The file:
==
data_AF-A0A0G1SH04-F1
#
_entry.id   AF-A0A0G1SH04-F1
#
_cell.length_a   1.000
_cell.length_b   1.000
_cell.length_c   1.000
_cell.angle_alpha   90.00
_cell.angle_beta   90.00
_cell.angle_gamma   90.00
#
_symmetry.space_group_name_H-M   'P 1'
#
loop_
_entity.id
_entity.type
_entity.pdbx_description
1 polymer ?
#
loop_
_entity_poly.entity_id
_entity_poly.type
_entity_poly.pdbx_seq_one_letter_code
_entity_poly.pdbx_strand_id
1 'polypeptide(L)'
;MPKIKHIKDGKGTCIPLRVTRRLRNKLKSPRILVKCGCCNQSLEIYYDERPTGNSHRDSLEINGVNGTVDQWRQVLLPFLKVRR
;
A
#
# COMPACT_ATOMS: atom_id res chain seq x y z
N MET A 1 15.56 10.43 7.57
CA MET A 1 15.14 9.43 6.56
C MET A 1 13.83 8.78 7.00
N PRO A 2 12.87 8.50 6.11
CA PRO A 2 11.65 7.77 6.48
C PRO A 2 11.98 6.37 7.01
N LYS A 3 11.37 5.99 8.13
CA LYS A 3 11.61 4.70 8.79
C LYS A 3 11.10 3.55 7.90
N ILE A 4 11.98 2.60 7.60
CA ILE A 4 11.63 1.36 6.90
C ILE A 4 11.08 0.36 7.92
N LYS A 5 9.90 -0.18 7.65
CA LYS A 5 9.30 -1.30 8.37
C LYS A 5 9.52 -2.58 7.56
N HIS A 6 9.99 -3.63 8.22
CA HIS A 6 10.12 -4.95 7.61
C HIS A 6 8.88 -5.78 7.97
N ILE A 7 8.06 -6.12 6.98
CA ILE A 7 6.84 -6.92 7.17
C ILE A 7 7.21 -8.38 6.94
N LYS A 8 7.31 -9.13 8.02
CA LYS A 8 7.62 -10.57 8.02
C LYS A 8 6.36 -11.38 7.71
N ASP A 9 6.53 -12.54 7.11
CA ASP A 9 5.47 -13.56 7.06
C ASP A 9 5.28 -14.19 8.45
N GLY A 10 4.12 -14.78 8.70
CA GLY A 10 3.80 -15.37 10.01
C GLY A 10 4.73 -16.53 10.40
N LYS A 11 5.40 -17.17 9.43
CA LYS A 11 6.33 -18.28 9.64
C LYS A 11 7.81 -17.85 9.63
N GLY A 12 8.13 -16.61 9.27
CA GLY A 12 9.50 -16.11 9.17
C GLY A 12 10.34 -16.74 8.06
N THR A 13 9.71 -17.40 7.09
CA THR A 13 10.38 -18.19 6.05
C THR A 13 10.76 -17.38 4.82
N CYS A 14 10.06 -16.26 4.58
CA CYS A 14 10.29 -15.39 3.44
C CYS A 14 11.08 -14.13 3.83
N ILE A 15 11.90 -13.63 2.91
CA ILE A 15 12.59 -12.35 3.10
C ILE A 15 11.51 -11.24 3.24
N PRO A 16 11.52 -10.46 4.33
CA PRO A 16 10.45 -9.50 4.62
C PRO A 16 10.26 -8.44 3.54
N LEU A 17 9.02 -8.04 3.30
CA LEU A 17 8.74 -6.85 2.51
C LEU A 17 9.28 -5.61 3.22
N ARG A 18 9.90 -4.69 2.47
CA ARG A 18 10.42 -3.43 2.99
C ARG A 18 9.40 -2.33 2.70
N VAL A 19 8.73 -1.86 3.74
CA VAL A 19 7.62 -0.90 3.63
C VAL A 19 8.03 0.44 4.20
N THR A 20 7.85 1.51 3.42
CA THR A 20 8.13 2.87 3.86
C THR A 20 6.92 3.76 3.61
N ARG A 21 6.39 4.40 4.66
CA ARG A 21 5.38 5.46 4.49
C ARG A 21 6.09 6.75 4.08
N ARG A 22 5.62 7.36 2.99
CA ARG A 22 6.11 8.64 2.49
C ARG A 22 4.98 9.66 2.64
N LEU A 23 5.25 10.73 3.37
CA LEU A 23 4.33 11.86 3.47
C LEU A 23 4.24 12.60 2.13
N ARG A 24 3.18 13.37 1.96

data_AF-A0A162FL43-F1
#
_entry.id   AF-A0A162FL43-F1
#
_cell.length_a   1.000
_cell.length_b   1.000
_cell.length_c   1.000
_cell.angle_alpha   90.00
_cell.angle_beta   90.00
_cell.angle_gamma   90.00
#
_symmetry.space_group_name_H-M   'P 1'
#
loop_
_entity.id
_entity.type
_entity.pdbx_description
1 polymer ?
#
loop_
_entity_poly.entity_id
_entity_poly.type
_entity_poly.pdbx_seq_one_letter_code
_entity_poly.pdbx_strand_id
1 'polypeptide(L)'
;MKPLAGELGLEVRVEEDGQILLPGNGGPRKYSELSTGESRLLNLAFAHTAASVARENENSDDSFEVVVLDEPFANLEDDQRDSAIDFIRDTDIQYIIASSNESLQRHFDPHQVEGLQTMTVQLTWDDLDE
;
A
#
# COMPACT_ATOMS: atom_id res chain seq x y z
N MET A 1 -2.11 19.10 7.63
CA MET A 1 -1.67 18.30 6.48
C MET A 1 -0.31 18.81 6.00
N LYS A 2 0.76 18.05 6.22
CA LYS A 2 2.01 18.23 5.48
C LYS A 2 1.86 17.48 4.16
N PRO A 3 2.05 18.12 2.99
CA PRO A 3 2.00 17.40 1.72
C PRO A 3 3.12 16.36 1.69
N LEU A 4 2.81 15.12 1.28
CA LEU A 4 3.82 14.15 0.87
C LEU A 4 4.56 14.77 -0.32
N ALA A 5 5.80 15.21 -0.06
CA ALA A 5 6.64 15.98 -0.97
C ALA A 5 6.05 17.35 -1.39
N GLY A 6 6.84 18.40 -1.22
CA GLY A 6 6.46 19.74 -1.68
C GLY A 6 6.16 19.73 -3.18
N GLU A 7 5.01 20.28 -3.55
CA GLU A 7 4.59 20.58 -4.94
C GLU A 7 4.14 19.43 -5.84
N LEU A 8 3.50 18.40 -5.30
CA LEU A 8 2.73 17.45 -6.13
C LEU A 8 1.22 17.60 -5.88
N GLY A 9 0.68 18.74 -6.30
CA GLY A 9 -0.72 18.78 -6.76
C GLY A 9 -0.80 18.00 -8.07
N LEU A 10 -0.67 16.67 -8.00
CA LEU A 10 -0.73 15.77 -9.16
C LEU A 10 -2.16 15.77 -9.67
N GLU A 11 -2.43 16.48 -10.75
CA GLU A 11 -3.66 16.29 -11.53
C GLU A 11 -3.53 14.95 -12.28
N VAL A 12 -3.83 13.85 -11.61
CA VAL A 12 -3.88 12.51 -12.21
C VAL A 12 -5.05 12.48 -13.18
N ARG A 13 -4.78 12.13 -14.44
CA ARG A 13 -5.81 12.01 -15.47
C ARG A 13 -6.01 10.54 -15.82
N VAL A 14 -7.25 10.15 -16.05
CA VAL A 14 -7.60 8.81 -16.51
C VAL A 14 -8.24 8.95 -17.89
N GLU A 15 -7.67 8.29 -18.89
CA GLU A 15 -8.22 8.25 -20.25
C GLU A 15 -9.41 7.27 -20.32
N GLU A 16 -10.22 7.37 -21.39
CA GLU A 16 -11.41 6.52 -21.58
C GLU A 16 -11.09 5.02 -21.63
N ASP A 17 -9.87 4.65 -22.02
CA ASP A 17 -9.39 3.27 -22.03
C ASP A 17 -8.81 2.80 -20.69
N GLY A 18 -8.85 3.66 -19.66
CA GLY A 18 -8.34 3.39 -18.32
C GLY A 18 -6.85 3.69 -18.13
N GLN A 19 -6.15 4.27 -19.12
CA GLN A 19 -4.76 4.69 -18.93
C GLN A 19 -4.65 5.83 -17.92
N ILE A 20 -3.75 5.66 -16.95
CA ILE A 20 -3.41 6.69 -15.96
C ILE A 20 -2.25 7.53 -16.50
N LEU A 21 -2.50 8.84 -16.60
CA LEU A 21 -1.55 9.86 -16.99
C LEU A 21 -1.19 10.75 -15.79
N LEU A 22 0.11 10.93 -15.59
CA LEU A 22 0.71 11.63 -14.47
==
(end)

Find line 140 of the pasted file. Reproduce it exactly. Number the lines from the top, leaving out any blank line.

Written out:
N LEU A 4 2.81 15.12 1.28